This fortepiano has a rather distinctive, resonant sound which seems oddly apt for the rather formal opening Largo in the Mozart. The winds also meld characterfully in this introduction before the Allegro moderato gets into its stride. By now the colours of each instrument emerge gloriously. The conversational character of the music is convincingly projected – it is no coincidence that this group are named Ensemble Dialoghi. Within the context of such ‘civil’ music (and this applies to both works), to my ears at least the rather rustic, primitive sounds of the period wind instruments better distinguish the individual ‘characters’ than performances on conventional instruments. In the Larghetto slow movement the players duly convey the warmth of the interchanges between the winds. The keyboard seems here to provide commentary rather than seeking the spotlight. Pianissimos on this fortepiano do decay rather quickly and such fragility sometimes suggests its sound may be snuffed out by the wind, but it does not happen, which is a tribute to the skilful engineering. My favourite Mozart Piano Concerto (I suspect I am not alone) is the G major, K. 453 – it was his very next work – and I had never really taken in the similarities in the melodic shaping of its Rondo finale to its immediate predecessor before encountering this disc. Cristina Esclapez projects the tact and humanity of the keyboard line with ease and elegance, better enabling the detail in the wind writing to emerge. The coda is exquisitely managed.
While Lorenzo Coppola’s ‘hypothetical narratives’ in the notes seem rather exaggerated to me, elements of them do chime. The horn’s interjections during the introductory Grave of the Beethoven do strike one as ‘grumpy’, like a parent chiding a child with attention deficit disorder (the fortepiano). The keyboard may indeed be a fortepiano and Op. 16 may well be early Beethoven but, even though little more than a decade has elapsed since K. 452, the Ensemble Dialoghi find comparative modernity in this music which again eludes many conventional instrument accounts. Indeed the chords at the close of the first movement evoke a premonition of the opening movement of the 8th Symphony. The Andante cantabile exudes a definitively Beethovenian serenity, while the timbres Esclapez extracts from her instrument at the elaborated restatement of the main theme are almost guitar-like. Pierre-Antoine Tremblay also finds some gorgeous horn colours in the quietness of his solo. If anything, the work’s Mozartean credentials are more to the fore in the work’s Rondo finale, and are here illuminated by the Ensemble Dialoghi in some tactful, civilised and reined-in playing. The interplay between horn, wind trio and fortepiano that brings the work to its conclusion is a delight.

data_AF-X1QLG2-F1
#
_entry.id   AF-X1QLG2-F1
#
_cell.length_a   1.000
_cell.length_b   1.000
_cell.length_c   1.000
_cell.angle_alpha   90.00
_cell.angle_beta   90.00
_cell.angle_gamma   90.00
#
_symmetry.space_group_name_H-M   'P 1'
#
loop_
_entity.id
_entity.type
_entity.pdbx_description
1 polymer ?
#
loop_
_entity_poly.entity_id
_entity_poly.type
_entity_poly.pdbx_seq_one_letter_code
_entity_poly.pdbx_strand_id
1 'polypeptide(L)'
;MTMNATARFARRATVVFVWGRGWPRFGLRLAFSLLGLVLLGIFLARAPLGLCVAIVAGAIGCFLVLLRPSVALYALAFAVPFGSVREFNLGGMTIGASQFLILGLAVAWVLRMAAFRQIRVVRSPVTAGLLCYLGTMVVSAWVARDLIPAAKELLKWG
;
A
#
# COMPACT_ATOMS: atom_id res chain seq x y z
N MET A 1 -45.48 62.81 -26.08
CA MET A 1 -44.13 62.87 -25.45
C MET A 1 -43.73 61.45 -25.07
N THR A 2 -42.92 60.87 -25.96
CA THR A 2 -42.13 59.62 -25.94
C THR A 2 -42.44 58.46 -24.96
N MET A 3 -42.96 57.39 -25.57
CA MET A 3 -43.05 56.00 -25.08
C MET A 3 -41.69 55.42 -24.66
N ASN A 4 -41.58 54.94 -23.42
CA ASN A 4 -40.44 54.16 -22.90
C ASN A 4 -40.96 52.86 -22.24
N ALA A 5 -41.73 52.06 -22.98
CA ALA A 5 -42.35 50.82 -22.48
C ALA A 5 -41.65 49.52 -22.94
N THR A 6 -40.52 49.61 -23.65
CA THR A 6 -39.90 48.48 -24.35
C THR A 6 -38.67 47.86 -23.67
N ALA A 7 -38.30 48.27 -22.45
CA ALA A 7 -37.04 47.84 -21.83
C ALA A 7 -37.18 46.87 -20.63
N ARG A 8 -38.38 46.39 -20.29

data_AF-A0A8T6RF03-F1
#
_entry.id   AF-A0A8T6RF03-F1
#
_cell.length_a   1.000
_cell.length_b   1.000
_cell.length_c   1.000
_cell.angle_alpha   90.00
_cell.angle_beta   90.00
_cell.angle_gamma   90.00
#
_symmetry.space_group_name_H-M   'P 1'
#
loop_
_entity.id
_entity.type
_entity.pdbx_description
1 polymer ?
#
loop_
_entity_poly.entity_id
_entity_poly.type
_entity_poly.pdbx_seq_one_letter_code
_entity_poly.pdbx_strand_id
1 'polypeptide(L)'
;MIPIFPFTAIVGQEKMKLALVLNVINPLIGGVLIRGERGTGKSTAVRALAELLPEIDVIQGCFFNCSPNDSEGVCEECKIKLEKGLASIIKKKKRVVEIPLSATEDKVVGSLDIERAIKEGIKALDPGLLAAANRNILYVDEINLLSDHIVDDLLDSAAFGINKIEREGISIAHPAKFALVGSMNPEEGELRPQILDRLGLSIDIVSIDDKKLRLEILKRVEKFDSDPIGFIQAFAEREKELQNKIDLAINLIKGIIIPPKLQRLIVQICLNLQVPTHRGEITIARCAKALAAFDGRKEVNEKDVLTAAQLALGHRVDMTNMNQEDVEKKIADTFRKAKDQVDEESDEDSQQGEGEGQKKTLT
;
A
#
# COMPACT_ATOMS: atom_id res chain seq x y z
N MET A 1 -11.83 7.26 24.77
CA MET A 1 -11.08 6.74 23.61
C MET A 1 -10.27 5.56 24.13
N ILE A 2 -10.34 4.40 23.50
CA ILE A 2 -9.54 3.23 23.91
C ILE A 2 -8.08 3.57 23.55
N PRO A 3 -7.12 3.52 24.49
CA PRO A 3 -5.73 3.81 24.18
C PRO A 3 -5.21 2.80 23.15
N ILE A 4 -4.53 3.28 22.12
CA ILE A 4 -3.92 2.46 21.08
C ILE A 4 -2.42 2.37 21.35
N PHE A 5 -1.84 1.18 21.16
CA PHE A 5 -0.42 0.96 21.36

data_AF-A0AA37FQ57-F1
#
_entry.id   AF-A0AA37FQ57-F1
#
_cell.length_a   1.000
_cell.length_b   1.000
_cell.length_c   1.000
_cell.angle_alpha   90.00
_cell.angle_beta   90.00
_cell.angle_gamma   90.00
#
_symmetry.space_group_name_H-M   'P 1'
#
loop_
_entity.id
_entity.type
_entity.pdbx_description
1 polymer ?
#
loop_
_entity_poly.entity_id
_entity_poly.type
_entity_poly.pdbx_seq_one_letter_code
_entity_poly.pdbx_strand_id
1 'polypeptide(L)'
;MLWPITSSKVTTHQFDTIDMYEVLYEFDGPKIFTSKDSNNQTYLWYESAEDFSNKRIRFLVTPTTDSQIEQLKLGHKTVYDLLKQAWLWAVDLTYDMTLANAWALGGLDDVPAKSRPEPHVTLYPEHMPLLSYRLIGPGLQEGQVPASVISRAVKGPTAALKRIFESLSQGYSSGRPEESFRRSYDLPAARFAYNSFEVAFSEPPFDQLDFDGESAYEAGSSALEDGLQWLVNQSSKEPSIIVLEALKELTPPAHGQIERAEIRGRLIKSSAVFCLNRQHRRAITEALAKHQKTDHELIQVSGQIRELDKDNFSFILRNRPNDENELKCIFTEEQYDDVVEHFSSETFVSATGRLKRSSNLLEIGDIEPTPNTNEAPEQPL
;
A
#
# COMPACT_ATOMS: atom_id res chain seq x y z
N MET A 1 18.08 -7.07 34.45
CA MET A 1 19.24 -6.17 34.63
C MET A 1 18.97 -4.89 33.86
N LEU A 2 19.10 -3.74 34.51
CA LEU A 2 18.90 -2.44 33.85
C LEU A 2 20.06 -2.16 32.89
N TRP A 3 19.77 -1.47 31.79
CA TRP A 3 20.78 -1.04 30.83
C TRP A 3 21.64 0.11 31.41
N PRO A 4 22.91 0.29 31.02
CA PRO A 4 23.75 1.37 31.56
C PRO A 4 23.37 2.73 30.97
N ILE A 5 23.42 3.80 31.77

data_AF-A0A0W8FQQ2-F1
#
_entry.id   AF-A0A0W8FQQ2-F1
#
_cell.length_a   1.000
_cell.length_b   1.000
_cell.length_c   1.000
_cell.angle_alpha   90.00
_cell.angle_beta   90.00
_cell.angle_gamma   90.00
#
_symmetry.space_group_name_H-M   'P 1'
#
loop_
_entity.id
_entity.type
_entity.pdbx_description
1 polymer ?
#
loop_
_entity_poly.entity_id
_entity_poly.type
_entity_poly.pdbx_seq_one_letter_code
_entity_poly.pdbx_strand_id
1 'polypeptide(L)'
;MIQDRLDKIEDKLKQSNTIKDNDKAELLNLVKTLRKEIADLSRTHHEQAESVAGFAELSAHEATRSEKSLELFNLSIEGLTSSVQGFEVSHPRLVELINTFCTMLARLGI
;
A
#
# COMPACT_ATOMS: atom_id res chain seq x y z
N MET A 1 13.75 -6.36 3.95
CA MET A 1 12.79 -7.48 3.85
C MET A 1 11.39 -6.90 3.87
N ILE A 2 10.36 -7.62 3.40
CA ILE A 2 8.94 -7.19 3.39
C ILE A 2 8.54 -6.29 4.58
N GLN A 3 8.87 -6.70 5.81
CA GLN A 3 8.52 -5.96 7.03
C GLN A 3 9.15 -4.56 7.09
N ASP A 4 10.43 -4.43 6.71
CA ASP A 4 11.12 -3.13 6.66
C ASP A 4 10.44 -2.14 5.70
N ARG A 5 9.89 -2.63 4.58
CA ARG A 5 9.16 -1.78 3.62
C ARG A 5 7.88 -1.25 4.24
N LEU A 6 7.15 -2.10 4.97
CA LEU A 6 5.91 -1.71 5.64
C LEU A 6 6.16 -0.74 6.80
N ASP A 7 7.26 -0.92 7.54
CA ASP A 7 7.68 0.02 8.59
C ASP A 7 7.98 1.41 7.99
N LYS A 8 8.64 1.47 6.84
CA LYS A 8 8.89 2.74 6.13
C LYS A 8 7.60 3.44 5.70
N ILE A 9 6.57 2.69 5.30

Some may feel 51 minutes is short measure for a full-price disc these days. It is hardly a quibble, more a personal view; but if one assumes that the main HIP competition for this disc is the AAM disc mentioned above, it would have been most opportune had Ensemble Dialoghi matched it by including Beethoven’s Horn Sonata. I suspect it would have been both instructive and enjoyable to hear the two most alluring instruments on display here, the fortepiano of Cristina Esclavez, and Pierre-Antoine Tremblay’s horn in extended tandem. Perhaps it would not have quite tallied with the concept of this nonetheless special disc, an issue which I believe will provide lasting pleasure.